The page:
The early westward expansion was so rapid that the Presbyterian Church could not keep up with it.  Presbyterian ministers had to undergo long study before they could be ordained.  It was simply not possible to keep up with the demand, and the Scotch Irish were unchurched for many years, as are many now who still acknowledge profound religious feelings.  That was changed by the administrative brilliance of a man named John Wesley, who brought the Methodist Church to the new world.  Methodists also required long training, but while the Presbyterian minister was largely bound to his congregation, the Methodist minister was more closely tied to his bishop.  Initially the Methodist minister would be given a circuit of four churches, and he would “ride the circuit,” visiting each congregation for a service once a month.  The largely undocumented explosion of Methodism in America is one of the great religious changes of history.  Even after the days of the circuit riders, the bishop still could and did require Methodist ministers to move at his discretion, usually once every four or eight years. 


But the high degree of centralization of power that the Methodist Church embodied was not exactly to the liking of the independent Scotch Irish.  By degrees they adopted a Baptist heritage, again linking the minister closely with the congregation with a far looser relationship between churches.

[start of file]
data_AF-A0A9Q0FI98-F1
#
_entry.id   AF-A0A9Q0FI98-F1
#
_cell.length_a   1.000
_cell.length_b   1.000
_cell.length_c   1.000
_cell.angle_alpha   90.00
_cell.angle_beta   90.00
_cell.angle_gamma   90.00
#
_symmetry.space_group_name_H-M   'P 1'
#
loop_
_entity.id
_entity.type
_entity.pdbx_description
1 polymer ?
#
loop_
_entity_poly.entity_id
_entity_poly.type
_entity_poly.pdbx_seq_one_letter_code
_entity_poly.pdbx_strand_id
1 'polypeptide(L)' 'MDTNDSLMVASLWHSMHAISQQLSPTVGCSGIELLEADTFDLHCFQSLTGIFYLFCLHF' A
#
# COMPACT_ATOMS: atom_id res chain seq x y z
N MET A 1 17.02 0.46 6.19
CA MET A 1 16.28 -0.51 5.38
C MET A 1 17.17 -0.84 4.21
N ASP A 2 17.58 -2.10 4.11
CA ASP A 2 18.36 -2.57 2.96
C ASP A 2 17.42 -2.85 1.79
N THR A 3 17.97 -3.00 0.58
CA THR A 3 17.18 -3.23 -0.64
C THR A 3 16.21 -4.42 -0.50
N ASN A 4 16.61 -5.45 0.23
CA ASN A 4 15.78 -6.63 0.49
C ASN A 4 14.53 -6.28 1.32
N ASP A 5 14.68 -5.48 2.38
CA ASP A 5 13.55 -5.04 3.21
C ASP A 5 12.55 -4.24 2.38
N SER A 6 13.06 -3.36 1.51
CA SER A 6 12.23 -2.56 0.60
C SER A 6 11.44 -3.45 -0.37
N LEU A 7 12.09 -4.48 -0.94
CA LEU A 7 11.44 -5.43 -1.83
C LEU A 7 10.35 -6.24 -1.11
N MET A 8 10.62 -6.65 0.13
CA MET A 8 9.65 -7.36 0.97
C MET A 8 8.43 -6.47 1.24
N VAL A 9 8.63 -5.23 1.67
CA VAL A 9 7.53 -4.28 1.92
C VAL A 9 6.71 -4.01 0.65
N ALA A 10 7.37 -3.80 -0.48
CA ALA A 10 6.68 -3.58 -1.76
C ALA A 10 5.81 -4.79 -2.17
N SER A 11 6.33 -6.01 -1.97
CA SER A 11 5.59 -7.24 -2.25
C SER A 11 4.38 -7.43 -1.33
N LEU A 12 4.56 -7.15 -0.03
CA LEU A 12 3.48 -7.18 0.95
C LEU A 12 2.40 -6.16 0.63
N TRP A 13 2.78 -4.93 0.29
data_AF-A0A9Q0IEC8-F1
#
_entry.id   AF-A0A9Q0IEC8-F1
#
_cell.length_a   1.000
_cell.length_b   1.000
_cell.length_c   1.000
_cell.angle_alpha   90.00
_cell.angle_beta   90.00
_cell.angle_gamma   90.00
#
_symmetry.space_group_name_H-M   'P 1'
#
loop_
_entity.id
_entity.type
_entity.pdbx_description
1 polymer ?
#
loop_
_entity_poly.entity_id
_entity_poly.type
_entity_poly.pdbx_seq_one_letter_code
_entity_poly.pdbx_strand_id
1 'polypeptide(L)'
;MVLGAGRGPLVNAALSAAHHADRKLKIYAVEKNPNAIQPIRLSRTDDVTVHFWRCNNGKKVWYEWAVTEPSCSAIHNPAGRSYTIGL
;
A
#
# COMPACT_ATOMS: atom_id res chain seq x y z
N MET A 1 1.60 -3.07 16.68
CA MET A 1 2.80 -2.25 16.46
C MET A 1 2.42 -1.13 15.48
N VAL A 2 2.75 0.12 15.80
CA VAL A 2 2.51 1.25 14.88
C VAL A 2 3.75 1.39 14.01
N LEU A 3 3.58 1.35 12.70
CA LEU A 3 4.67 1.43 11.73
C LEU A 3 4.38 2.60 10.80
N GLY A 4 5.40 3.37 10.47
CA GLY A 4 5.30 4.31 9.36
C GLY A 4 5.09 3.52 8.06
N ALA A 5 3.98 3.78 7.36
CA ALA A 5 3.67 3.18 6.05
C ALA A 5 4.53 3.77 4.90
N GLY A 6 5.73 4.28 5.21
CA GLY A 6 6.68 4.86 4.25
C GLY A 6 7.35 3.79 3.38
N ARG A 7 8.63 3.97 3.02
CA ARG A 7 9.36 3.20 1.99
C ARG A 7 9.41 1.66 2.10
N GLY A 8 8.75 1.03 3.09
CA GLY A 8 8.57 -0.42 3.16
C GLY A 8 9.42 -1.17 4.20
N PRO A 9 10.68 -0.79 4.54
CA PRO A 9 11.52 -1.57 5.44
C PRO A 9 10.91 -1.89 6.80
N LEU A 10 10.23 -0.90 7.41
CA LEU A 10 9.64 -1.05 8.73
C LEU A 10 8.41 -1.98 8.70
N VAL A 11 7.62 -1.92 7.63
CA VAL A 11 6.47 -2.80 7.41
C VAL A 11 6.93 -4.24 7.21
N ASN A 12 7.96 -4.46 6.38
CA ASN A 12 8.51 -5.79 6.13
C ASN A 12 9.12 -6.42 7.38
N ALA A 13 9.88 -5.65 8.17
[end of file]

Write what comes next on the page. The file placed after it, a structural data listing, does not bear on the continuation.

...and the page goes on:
It had been the Scotch Irish who provided the bulk of the fighting men during the Civil War.  And even now they were called the backbone of America. 


Where Piedmont meets Tidewater is the Fall Line.  In the old days it was a line of waterfalls plunging from the plateau to the low plains to the east.  This made it possible to set up mills using water power and later hydroelectric power, and it was this industry that in large measure created the chain of cities that the friends were following northeastward, right along the great circle that Terra Lane had pointed out to them. 


Ivan asked, “By the way, Tracy.  What’s your last name?”


“Just Tracy.”


“Is it that your last name is “Just” or is it that you never had a last name?  Can I call you ‘Just’?”


“You can call me ‘Your Highness” if you like.  But a name like Madeline McGillicuddy is not the best for someone in my kind of work.”


“Very well, your highness.”